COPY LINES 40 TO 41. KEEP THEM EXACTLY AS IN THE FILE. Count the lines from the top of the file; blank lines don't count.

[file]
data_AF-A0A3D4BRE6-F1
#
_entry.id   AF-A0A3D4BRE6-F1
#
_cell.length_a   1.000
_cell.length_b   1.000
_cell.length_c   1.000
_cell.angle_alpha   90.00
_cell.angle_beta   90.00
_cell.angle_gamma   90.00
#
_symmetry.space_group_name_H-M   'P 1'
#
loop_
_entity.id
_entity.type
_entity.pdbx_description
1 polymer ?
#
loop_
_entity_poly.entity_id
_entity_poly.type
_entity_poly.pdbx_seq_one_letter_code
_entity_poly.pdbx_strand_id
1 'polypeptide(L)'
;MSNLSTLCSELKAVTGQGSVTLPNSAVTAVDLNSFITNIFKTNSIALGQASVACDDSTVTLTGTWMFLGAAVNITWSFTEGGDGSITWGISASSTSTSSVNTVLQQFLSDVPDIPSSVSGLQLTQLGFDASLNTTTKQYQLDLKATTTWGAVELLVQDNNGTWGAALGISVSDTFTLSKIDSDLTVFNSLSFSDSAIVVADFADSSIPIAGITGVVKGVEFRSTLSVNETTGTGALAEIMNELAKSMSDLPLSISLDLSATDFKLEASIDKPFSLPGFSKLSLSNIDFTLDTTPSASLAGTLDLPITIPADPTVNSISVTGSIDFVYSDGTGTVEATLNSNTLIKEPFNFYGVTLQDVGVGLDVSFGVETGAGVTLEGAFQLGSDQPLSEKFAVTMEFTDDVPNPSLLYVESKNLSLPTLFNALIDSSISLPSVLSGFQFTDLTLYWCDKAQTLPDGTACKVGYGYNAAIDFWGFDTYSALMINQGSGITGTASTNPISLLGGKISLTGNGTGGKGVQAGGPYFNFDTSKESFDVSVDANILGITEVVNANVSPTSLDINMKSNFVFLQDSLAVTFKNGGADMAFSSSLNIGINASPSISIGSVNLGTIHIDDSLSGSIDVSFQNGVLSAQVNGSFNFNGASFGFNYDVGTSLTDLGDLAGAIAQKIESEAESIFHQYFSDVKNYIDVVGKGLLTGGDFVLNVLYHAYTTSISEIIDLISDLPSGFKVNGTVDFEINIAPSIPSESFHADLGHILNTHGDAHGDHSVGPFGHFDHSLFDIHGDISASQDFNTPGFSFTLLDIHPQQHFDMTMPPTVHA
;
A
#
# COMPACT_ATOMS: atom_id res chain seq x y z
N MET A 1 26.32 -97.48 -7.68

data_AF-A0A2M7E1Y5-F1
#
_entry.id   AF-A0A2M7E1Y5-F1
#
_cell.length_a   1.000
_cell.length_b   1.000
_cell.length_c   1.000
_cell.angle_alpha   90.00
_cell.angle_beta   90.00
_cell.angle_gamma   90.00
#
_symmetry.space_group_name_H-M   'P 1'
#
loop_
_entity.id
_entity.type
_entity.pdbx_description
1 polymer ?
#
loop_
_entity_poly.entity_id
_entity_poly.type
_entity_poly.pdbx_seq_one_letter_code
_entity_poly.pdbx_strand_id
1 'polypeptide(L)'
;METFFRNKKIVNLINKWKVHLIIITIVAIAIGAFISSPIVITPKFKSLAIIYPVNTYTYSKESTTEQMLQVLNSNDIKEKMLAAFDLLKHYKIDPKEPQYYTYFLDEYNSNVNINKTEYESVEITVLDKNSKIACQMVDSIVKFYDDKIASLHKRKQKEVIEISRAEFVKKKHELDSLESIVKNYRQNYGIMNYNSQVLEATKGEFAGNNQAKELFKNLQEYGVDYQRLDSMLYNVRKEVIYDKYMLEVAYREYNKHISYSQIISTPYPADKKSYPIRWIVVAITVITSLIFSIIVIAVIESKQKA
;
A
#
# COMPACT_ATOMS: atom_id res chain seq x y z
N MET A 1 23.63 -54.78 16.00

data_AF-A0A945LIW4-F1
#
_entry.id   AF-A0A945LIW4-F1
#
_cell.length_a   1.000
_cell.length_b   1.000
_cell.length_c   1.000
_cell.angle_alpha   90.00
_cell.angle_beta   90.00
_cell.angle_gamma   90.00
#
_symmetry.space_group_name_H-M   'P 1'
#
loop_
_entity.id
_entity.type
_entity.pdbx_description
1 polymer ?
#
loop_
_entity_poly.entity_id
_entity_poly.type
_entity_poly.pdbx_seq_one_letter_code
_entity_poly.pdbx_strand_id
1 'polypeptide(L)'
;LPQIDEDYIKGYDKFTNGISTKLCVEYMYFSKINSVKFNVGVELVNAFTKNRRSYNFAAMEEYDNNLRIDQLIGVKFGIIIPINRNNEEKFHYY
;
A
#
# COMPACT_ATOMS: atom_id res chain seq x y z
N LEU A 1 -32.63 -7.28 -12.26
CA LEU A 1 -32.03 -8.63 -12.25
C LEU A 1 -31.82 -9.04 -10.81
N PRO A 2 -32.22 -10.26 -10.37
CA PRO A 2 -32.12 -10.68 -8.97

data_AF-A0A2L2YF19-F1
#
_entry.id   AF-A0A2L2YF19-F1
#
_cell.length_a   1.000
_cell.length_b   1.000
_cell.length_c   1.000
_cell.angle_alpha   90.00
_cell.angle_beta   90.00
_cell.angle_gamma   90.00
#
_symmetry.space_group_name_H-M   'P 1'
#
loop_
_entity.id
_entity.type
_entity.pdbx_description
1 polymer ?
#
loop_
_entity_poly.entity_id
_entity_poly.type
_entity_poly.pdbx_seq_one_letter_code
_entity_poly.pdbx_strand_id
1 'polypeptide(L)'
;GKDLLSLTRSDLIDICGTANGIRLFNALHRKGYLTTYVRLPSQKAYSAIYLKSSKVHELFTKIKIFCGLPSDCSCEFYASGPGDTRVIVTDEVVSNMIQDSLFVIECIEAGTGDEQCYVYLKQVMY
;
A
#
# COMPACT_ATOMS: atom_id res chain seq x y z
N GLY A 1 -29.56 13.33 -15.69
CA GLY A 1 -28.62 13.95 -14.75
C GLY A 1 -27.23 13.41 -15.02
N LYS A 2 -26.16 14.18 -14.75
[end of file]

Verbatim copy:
_cell.angle_beta   90.00
_cell.angle_gamma   90.00